There aren't any restrictions as such. The difficulty is in the time it takes. You'll need to take your passport, work contract, proof of payments from your employer, tax receipts, and something else I've probably forgotten.
Also, you'll need to exchange RMB for your own currency before sending it. This can be done without actually having to withdraw the money, it just sits in your account.
Make sure you fill out all the forms precisely, cross your fingers and wait for a day or so to see the transfer as having gone through.
Some bank workers will hate you for doing this, so be prepared for a bit of a fight. The whole system is a pain and worth doing as few times as possible.
Dear Kind Poster above,
Perhaps it varies from one area to the other. When I arrived in China in another century, truly, it was just like what you said. Then somewhere over the years, this has all changed. Now, I just take my passport and the amount of RMB that I want changed and I head to the main office of the Bank of China in the city where I live. I had them my passport, the RMB, and in less than ten minutes I receive dollars or euros if they have them (usually not) or pounds (if available). There is a limit, however, of USD 5,000.00 at a time in my city at the Bank of China head branch for one exchange but God knows I have never that limit in one exchange. Otherwise, I just go home and use my ATM card in a Chinese-bank friendly ATM machine, and they do exist, and I can pull out dollars from the account but at less than a favorable rate. Or go to Hong Kong and do the same.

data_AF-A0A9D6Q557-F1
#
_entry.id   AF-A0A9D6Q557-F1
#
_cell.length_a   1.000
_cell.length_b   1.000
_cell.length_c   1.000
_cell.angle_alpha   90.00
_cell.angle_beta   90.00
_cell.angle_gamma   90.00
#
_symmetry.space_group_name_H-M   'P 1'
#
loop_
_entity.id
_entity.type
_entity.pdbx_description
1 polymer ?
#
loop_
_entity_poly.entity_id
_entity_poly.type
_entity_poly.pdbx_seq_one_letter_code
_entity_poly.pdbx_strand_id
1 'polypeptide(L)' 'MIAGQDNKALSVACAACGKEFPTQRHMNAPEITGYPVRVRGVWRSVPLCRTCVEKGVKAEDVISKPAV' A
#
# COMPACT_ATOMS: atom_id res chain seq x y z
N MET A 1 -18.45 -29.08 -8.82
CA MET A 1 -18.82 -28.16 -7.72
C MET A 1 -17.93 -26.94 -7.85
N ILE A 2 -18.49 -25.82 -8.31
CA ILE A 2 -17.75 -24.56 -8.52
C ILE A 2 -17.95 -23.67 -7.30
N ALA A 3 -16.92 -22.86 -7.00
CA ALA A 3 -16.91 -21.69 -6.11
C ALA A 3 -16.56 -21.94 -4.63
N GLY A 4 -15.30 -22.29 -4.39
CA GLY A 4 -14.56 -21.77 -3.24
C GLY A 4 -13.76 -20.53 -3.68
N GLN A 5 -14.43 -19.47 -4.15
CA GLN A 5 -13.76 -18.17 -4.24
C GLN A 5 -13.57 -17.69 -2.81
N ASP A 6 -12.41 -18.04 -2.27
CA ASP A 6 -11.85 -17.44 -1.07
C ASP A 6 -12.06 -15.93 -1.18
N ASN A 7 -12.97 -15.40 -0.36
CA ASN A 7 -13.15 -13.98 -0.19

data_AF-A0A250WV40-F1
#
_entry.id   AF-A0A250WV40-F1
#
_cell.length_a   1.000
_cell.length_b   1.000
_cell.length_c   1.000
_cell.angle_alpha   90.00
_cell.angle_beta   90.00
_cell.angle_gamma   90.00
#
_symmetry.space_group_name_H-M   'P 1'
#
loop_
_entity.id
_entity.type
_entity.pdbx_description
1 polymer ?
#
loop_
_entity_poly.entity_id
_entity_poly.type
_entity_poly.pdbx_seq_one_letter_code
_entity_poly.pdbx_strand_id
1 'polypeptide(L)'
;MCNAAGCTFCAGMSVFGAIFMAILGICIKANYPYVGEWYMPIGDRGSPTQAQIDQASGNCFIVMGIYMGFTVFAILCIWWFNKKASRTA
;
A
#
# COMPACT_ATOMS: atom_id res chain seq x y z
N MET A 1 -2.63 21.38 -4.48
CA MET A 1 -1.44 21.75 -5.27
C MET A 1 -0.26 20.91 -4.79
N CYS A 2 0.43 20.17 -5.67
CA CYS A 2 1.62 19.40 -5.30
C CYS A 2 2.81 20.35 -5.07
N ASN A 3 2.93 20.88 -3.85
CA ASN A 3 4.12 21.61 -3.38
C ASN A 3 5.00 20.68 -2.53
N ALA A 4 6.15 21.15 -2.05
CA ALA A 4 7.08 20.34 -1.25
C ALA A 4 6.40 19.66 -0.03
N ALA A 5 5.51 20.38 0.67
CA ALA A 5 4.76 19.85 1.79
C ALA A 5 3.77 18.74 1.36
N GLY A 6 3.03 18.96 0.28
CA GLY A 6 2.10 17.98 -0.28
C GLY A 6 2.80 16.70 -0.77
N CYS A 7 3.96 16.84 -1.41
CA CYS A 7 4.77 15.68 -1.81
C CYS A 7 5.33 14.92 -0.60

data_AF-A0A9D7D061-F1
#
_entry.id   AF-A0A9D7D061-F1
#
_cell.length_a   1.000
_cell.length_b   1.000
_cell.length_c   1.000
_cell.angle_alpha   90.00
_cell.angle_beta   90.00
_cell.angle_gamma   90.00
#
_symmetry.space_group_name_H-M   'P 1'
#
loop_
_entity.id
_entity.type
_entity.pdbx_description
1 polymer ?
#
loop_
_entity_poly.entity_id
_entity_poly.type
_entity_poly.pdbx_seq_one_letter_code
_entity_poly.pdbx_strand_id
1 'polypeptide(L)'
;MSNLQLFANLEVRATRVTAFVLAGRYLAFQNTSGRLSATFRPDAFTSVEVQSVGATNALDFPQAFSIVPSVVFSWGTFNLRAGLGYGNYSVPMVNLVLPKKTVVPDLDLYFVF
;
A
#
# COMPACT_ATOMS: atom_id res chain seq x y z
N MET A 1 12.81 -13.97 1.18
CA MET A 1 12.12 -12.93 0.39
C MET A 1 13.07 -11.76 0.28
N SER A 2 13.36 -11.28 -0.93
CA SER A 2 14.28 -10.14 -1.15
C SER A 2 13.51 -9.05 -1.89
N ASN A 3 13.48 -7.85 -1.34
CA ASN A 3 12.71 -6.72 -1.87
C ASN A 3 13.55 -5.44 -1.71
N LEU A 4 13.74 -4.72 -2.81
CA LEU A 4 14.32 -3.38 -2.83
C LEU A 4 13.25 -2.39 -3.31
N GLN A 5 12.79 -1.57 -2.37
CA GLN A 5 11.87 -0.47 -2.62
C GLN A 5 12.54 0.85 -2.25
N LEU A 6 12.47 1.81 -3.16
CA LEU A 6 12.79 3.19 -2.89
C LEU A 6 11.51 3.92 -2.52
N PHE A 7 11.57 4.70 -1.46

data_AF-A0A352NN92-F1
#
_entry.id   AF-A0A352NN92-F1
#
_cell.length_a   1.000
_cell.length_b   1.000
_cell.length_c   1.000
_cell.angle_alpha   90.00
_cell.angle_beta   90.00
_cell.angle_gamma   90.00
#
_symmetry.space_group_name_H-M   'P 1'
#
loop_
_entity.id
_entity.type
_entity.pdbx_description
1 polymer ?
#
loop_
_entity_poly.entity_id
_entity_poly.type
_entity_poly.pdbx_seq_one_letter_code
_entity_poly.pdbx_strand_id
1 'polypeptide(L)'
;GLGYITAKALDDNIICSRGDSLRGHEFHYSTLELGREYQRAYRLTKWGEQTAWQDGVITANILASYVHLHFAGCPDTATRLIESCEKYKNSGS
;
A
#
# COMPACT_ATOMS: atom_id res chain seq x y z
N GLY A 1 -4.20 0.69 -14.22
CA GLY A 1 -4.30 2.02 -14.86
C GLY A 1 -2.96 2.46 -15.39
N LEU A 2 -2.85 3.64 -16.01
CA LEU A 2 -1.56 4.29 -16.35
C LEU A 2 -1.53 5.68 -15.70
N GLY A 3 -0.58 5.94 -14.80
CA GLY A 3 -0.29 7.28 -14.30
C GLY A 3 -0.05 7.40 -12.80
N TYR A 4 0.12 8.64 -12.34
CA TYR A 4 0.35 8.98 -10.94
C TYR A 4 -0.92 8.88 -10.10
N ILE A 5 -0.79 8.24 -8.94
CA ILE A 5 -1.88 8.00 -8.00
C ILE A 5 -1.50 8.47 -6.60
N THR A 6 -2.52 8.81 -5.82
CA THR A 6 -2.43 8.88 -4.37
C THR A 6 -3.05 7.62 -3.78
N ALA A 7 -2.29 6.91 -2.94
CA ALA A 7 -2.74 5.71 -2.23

It was so, so cumbersome when I first arrived but that has changed, really it has, at least where I live.
I can also easily wire money overseas up to a certain amount but for that I need a Chinese passport holder, as for the reasons why, don't ask. Here I can use both the Bank of China or the Western Union facilities located in the major China Postal Savings Bank offices.
It will depend on how you will take them out.
If bank or western union or similar, as a foreigner you can only convert the equivalent of $ 500 US dollars per day. If Chinese, no limitation to amount converted daily. Once in dollars, send them out. Or pay here in Rmb and ask for money deliver in local currency there, but the charge is higher. Be aware, wire transfers in China are slower that a molasses IV, at least 10 days. Western Union has a service within 20 minutes there, but also extra. 24 hours is cheaper.
If with you on airplane when exiting China, 6,000 Rmb or equivalent is the maximum legal on you.
Best to ask the airport authorities. Everyone will have a different experience. And will with sincerity offer their advice and opinion, however maybe the reason you are getting varied amounts is because no-one has be stopped and searched. 6 Years past I came from the UK with 50.000 Rmb/Yuan/Quai the equivalent to £5000. I had trouble at the British borders and arrested by police and customs. marched off in front of thousands of people and made to look like a criminal, the money was not concealed, it was in my hand flight bag. After providing proof of how and where I obtained the money [my bank] I was free to go. When I arrived at [HK] Hong Kong I had no trouble I declared the money and continued my travel. However at [GZ] Guangzhou entry and exit station/customs they took it away and said it was limited to 10,000 into and out of the country and the flight information card explained this. I believe now it is around 15 - 16,000. Please check, for they do and will confiscate it as there is a limit to enter and removal of the currency. I guess you take your chances..